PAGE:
The Warm-Up: Dele Alli's five-year plan comes to fruition
Jack Lang digs through the remains of last night's Champions League action...
THURSDAY’S BIG STORIES
Welcome to the Dele counter
Five years is a long old time in football. Just ask Dele Alli. On this day in 2012, he was making his senior debut for MK Dons, a mischievous little grin of a footballer unknown to the world. He had big ambitions but he was operating in a small pond: he replaced Jay O’Shea in a 0-0 draw with Cambridge City.
Alli scored twice, either side of half-time, as Spurs placed their hands around their visitors’ necks and slowly began to squeeze. The second, in particular, beautifully illustrated the dominance of the hosts, Alli casually sauntering past Casemiro, letting him catch up and then leaving him in a heap on the floor before finishing via a deflection.
This was not a one-man show, however, and the five-year thing could equally apply to the following: Harry Kane making Sergio Ramos look like a Sunday League player; Harry Winks and Moussa Sissoko (!!!!) winning the midfield battle against Toni Kroos and Luka Modric; Kieran Trippier channelling Carlos Alberto to win his personal battle with Marcelo.
All of this actually happened. At points in the second half, it almost became awkward: Tottenham were mocking Madrid, making them look ordinary. It seemed like Mauricio Pochettino even sent Mousa Dembele on near the end with the express brief of winding up Sergio Ramos, just for a laugh. It worked, but then so did everything Spurs tried on a night that will live long in the memory.
Was this the night that Wembley truly became home? The night Tottenham truly arrived as a European force? The night Dele Alli came of age in the Champions League? It looks like three yeses. Maybe, in five years’ time, Spurs will look back on this game as a real staging post.
Like dancing about architecture
Writing about football in the latter part of 2017 is increasingly just a question of finding new ways to say “Manchester City are very, very, very good at football.
You can do it with numbers:“5, 4, 6, 5, 2, 1, 7, 2, 3, 3, 4 – goals scored by City in their last 11 games, League Cup not included.”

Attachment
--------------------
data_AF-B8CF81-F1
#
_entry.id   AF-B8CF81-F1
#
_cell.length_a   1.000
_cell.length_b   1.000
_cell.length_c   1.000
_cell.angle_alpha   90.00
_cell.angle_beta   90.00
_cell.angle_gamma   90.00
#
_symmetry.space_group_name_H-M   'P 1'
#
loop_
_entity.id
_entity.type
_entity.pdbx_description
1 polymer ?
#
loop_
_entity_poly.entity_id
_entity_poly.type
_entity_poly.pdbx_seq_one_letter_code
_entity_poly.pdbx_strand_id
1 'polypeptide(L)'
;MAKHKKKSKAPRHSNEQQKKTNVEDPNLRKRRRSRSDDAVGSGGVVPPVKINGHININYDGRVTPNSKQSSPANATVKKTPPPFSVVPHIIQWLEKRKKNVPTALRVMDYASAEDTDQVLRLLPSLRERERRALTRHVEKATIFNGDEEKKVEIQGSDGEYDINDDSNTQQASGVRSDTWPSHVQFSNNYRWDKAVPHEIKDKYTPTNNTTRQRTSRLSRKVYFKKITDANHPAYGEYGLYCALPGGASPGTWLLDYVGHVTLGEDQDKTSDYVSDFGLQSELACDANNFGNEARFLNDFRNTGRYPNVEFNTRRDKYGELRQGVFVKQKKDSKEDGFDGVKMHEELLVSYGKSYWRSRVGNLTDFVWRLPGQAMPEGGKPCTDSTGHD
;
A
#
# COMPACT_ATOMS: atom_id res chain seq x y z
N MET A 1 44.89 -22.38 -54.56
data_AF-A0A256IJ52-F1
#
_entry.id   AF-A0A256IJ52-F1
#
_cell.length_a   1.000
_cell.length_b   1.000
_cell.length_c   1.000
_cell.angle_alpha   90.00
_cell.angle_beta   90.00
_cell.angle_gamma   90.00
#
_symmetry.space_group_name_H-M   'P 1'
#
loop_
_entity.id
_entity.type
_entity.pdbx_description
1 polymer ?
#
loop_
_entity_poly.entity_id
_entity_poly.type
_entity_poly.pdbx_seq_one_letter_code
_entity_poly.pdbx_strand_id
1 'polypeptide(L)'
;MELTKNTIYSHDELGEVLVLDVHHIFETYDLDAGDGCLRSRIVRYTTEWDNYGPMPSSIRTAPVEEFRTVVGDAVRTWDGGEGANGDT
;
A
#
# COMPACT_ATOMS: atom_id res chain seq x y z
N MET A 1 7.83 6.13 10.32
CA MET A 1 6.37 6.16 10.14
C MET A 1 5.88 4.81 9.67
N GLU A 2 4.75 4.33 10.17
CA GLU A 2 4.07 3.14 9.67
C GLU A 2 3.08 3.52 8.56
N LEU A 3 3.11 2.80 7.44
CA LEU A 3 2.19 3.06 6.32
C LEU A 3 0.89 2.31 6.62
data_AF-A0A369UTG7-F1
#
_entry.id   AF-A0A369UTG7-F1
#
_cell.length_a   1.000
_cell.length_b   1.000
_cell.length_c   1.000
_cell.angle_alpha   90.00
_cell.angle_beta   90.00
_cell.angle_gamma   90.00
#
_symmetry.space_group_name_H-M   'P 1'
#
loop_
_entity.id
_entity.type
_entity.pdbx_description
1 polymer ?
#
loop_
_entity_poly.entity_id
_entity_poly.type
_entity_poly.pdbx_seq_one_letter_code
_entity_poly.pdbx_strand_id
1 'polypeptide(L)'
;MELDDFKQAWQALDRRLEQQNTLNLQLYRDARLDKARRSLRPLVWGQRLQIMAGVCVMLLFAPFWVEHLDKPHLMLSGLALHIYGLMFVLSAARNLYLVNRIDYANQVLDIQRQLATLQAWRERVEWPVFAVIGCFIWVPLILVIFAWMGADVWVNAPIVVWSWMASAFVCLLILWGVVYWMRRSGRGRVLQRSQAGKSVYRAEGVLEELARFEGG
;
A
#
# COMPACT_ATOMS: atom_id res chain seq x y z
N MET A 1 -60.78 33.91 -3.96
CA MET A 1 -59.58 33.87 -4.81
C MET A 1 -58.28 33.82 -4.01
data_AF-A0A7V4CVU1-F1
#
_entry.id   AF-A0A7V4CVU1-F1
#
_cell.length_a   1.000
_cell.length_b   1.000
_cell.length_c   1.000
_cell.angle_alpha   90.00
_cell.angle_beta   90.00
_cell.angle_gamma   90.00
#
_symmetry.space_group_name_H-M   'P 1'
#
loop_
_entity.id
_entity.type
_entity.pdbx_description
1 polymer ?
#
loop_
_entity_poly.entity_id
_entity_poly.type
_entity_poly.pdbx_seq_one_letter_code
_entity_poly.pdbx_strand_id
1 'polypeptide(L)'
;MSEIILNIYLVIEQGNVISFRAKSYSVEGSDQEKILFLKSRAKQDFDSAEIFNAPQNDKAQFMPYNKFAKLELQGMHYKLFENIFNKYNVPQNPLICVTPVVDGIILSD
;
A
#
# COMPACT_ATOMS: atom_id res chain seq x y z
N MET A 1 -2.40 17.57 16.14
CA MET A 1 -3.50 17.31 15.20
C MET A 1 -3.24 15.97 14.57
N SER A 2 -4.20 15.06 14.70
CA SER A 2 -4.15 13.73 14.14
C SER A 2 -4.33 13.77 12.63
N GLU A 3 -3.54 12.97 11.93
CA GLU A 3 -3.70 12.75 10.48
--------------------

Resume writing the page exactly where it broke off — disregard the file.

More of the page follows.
You can do it with similes and metaphors:
“Like a power drill through butter; an orchestra in an age of pub rock.”
Manchester City sichert sich den Einzug ins AchtelfinaleSID
You can do it with overly convoluted compound adjectives:
“City were competitive-dad-playing-Monopoly-at-Christmas dominant and worst-enemy-involved-in-an-embarrassing-but-ultimately-non-fatal-car-accident watchable.”
Really, though, all attempts to reconfigure the feeling pale in comparison with the experience itself. To paraphrase Elvis Costello, writing about Manchester City is like dancing about architecture.
Hope springs eternal
“I do want to specifically mention Alex Oxlade-Chamberlain,” wrote Klopp. “He has shown his class each and every time he has had the opportunity on the pitch and the weekend was another example of this. He is like dynamite when he comes on.”
Those who watched Oxlade-Chamberlain’s first few games for Liverpool may interpret that analogy as they wish, but there were at least some encouraging signs on Wednesday night. And with Georginio Wijnaldum forced off with an injury in the first half, the artist formerly known as “The Ox” may even get the odd minute in what he claims is his best position in the weeks ahead.
Alex Oxlade-Chamberlain of Liverpool shoots during the UEFA Champions League group E match between Liverpool and NK Maribor at AnfieldGetty Images
IN OTHER NEWS
Well this has aged well. Here is World Soccer’s list of the 50 most exciting teenagers on the planet in 2007, which is – as you’d expect, I suppose – very much a mixed bag.
Some have turned out rather well indeed: Gareth Bale, Angel Di Maria, Karim Benzema, Kroos, Juan Mata, Mesut Ozil, Alexis Sanchez.
And then we get to the head-scratchers. Sadick Adams? Gerardo Bruna? Sapol Mani? Are we really sure these weren’t just made up?
HEROES AND ZEROES
Hero: Sergio Aguero
The Argentine is one name on the list above who has done pretty well for himself, and there was a milestone goal for him in Italy last night. Aguero’s unerring finish, after a lightning break, was his 178th for City, making him their top scorer of all time.
Not bad for a player who appeared to be heading out of the Etihad only a year or so ago. It’s fair to assume Guardiola has come round to his charms now, though.
And the Oscar for Pretending To Be Drunk To Win A Free-Kick goes to…
" To some, soccer is moving beyond the traditional, tight definitions of positions. Modern systems and tactics demand that players fill any number of roles during any given game, shifting between duties as the situation demands. Who even decides the positions? Jurgen Klopp, the Liverpool manager, said. If you are a left back, maybe you started as a left winger. A central defender might have started as a No. 6.""
Everton's caretaker manager David Unsworth wants to see more smiles around the clubPA Sport
The Everton Misery Roadshow (now under new management, but don’t worry, loyal follower, it’s still just as bleak as ever!) rolls into France at six o’clock for a doomed date with Lyon. Les Gones won the first encounter between the sides at Goodison Park and are averaging almost three goals per home game in Ligue 1, so Ashley Williams could once again be reduced to aiming pointless shoves at nonplussed opponents.